A new approach could help leaders take advantage of what modern data can offer. For example, we’re seeing cities request data from operators providing mobility services in their area and analysing the data to extra accident hot spots and transportation trends. With this in place, leaders could share lessons on equity objectives and results, creating a “how to” process for setting and realizing equity metrics.

Measuring what matters

To bridge transit gaps, more holistic data must be collected. Some questions informing data collection, could include: how best to reach a range of communities and how to finance such transportation initiatives. Additionally, communities must understand the cost of transportation as a percentage of disposable income. From there, vital data can be systematically collected and used to inform business models, indicators and annual goals to track progress towards equity goals.

At the World Economic Forum, we have created an umbrella initiative, the Inclusivity Quotient (IQ) Project, to advance equitable mobility through thought leadership and actionable policy implementation and pilots. Our overarching vision for the IQ project is to implement clear metrics, indicators and KPIs to progress our vision of equitable transportation.

Work from the International Transport Forum, an OECD focused think tank for transport, shows what’s possible. Its workstream on gender in transport highlights the importance of further research in this area, especially the need to address the limitations of gender-segregated data, as well as the continuation of a robust policy dialogue with all stakeholders.

ITF’s new initiative on the development of a gender analysis toolkit for transportation policies will help countries and other stakeholders identify data gaps, develop indicators, design data-collection processes and build a gender analysis framework, in order to implement policies that will improve equity and equality.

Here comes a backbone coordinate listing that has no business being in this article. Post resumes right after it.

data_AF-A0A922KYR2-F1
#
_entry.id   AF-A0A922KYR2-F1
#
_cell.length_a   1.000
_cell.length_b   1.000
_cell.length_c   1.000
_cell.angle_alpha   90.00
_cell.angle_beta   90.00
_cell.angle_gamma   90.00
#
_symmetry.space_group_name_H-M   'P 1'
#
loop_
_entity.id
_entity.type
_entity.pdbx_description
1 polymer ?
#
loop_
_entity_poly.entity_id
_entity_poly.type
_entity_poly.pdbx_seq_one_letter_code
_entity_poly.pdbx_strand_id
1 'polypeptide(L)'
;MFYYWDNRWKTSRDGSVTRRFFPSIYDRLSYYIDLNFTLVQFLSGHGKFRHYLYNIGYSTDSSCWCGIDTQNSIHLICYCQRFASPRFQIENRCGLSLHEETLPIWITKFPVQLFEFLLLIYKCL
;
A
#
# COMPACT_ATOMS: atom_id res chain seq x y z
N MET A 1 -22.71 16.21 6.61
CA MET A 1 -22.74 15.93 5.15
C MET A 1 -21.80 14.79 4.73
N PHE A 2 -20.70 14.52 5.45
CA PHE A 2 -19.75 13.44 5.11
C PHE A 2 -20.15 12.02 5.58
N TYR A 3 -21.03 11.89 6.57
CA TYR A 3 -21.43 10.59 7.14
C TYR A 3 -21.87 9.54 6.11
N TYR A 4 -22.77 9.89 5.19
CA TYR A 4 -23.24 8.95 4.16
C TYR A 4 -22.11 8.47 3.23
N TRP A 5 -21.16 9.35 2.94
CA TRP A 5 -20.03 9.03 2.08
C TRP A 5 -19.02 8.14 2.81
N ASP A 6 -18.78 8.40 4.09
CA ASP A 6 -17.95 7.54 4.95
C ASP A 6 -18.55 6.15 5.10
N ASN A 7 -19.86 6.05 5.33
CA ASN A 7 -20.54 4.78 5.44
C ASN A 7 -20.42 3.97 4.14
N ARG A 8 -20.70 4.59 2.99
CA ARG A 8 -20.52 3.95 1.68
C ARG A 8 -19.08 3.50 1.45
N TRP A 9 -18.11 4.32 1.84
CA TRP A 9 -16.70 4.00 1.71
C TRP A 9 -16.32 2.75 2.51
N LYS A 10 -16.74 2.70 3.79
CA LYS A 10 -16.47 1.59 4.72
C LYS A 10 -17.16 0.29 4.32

The collection of better data will benefit all transportation users and workers, especially since the global average percentage of women in the transportation workforce is only 17% and decreasing in some countries. ITF is working directly with OECD countries to collect data for gender analysis.

Evolution in rates of female participants in the transport workforce 2008-18
Evolution in rates of female participants in the transport workforce 2008-2018 Image: Wei-Shiuen Ng and Ashley Acker (2020), “The Gender Dimension of the Transport Workforce”, International Transport Forum Discussion Papers, OECD Publishing, Paris

Change won’t come overnight. To achieve equitable mobility, equity has to shift from a goal into practical, measurable metrics so we can track success, understand failure and ensure accountability.

These solutions are just first steps; aspiring for equity is a continuous process. Still, they are necessary if we are to avoid growing inequity, poverty and socio-economic isolation. We must act in order to make any sort of progress towards realizing equity, breaking down our larger vision into tangible goals. This is our call to action.

The IQ project is hosting an equitable mobility workshop series focused on collecting a list of strategic policy levers. The findings from the workshop will be showcased in a Data Collection Roadmap for Inclusive Mobility.